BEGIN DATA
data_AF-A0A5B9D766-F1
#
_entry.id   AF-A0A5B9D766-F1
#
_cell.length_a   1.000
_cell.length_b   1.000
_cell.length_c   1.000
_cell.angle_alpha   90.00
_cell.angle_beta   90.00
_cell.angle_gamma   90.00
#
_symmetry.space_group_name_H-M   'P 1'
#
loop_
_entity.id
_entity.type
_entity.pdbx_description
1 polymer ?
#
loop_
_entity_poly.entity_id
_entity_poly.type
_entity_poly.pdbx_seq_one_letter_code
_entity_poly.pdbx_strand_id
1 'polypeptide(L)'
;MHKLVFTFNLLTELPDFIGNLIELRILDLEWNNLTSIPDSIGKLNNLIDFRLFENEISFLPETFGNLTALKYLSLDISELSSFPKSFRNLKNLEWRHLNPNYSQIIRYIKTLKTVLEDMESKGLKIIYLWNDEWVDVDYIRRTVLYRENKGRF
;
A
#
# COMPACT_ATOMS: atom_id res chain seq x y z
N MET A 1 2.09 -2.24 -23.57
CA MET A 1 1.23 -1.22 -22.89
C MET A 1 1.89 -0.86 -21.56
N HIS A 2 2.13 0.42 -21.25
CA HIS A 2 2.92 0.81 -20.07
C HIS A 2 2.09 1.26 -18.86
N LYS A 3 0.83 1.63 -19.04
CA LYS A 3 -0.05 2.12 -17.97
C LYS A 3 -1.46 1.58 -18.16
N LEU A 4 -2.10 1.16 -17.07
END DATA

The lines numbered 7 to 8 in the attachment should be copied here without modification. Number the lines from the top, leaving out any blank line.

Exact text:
_cell.length_c   1.000
_cell.angle_alpha   90.00